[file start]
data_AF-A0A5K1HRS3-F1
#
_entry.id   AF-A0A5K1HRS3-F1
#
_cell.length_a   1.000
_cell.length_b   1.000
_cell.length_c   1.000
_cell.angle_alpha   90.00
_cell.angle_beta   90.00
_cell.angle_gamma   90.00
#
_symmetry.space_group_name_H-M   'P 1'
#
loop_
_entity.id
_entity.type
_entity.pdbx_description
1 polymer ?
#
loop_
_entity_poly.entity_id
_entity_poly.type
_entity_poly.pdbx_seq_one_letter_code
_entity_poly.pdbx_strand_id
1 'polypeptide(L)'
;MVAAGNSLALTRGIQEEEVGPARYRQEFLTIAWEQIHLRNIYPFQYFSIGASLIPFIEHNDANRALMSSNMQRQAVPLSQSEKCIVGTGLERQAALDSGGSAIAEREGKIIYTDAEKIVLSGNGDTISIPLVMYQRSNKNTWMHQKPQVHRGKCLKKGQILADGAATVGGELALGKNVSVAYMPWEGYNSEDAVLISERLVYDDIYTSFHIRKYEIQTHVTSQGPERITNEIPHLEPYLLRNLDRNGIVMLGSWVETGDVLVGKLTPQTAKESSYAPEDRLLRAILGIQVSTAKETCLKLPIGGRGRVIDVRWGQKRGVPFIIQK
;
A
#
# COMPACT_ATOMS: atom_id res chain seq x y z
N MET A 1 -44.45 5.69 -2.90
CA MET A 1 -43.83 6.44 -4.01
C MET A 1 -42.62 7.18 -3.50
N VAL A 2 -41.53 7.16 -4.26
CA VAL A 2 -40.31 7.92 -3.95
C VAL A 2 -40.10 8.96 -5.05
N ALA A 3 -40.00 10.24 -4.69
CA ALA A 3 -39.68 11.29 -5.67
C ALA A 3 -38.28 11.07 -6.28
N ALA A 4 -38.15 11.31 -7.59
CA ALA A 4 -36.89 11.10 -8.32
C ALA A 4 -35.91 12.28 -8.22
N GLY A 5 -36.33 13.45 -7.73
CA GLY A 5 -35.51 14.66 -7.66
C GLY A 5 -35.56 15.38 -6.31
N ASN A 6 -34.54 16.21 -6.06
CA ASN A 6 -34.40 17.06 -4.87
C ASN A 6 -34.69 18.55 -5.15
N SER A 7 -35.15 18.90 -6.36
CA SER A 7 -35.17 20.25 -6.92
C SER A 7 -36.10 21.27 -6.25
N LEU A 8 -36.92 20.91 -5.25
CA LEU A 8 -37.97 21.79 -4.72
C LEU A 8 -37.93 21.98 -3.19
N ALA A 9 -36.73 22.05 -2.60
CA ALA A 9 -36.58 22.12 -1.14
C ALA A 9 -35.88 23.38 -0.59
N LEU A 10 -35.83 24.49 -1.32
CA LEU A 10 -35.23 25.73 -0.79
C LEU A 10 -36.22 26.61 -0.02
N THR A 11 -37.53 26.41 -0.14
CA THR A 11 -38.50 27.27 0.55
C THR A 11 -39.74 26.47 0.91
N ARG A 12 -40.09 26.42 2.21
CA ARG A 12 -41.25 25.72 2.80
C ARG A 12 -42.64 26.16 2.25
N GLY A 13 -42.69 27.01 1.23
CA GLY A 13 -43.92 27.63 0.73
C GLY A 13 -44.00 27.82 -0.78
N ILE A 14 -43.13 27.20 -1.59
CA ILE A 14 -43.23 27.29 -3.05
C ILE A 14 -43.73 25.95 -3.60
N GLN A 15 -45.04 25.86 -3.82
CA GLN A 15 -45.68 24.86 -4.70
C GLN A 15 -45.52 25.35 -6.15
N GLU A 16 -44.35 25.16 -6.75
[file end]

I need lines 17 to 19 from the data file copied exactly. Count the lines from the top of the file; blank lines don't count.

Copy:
_entity.pdbx_description
1 polymer ?
#